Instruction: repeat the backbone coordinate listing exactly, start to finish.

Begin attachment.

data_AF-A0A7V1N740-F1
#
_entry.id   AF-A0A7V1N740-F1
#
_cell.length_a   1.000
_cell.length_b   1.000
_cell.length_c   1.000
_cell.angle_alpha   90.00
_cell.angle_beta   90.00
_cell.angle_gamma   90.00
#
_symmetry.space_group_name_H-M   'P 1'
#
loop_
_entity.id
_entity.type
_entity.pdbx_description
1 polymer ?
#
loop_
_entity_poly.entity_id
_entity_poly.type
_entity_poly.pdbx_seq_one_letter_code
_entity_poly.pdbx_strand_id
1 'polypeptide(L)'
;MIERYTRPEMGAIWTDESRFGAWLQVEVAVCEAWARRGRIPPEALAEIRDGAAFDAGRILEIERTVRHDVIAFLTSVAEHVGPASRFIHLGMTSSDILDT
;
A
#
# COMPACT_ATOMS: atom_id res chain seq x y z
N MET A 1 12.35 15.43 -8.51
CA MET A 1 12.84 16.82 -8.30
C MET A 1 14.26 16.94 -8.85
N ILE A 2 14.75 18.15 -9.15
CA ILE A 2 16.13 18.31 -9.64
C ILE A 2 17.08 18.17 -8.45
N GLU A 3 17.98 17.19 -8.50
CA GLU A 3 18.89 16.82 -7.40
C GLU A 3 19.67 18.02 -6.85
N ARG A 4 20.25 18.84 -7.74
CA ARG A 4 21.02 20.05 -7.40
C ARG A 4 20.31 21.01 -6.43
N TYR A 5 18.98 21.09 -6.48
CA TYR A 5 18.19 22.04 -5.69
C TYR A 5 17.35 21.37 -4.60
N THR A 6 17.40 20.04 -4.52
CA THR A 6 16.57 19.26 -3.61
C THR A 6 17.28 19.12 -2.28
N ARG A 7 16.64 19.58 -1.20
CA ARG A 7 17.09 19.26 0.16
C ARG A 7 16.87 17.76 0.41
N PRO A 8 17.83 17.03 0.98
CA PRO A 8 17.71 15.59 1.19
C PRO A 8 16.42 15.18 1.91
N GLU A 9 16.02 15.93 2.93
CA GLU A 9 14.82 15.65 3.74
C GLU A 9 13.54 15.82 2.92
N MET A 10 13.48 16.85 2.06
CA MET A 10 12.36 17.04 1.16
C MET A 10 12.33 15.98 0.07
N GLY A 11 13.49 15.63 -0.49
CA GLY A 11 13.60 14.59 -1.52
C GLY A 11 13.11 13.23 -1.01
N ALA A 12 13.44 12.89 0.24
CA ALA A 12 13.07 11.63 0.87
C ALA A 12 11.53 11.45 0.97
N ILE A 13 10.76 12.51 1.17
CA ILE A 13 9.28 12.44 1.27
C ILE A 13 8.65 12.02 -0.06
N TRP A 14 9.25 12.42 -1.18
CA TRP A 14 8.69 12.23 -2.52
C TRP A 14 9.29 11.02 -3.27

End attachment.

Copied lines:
data_AF-A0A7V1N740-F1
#
_entry.id   AF-A0A7V1N740-F1
#
_cell.length_a   1.000
_cell.length_b   1.000
_cell.length_c   1.000
_cell.angle_alpha   90.00
_cell.angle_beta   90.00
_cell.angle_gamma   90.00
#
_symmetry.space_group_name_H-M   'P 1'
#
loop_
_entity.id
_entity.type
_entity.pdbx_description
1 polymer ?
#
loop_
_entity_poly.entity_id
_entity_poly.type
_entity_poly.pdbx_seq_one_letter_code
_entity_poly.pdbx_strand_id
1 'polypeptide(L)'
;MIERYTRPEMGAIWTDESRFGAWLQVEVAVCEAWARRGRIPPEALAEIRDGAAFDAGRILEIERTVRHDVIAFLTSVAEHVGPASRFIHLGMTSSDILDT
;
A
#
# COMPACT_ATOMS: atom_id res chain seq x y z
N MET A 1 12.35 15.43 -8.51
CA MET A 1 12.84 16.82 -8.30
C MET A 1 14.26 16.94 -8.85
N ILE A 2 14.75 18.15 -9.15
CA ILE A 2 16.13 18.31 -9.64
C ILE A 2 17.08 18.17 -8.45
N GLU A 3 17.98 17.19 -8.50
CA GLU A 3 18.89 16.82 -7.40
C GLU A 3 19.67 18.02 -6.85
N ARG A 4 20.25 18.84 -7.74
CA ARG A 4 21.02 20.05 -7.40
C ARG A 4 20.31 21.01 -6.43
N TYR A 5 18.98 21.09 -6.48
CA TYR A 5 18.19 22.04 -5.69
C TYR A 5 17.35 21.37 -4.60
N THR A 6 17.40 20.04 -4.52
CA THR A 6 16.57 19.26 -3.61
C THR A 6 17.28 19.12 -2.28
N ARG A 7 16.64 19.58 -1.20
CA ARG A 7 17.09 19.26 0.16
C ARG A 7 16.87 17.76 0.41
N PRO A 8 17.83 17.03 0.98
CA PRO A 8 17.71 15.59 1.19
C PRO A 8 16.42 15.18 1.91
N GLU A 9 16.02 15.93 2.93
CA GLU A 9 14.82 15.65 3.74
C GLU A 9 13.54 15.82 2.92
N MET A 10 13.48 16.85 2.06
CA MET A 10 12.36 17.04 1.16
C MET A 10 12.33 15.98 0.07
N GLY A 11 13.49 15.63 -0.49
CA GLY A 11 13.60 14.59 -1.52
C GLY A 11 13.11 13.23 -1.01
N ALA A 12 13.44 12.89 0.24
CA ALA A 12 13.07 11.63 0.87
C ALA A 12 11.53 11.45 0.97
N ILE A 13 10.76 12.51 1.17
CA ILE A 13 9.28 12.44 1.27
C ILE A 13 8.65 12.02 -0.06
N TRP A 14 9.25 12.42 -1.18
CA TRP A 14 8.69 12.23 -2.52
C TRP A 14 9.29 11.02 -3.27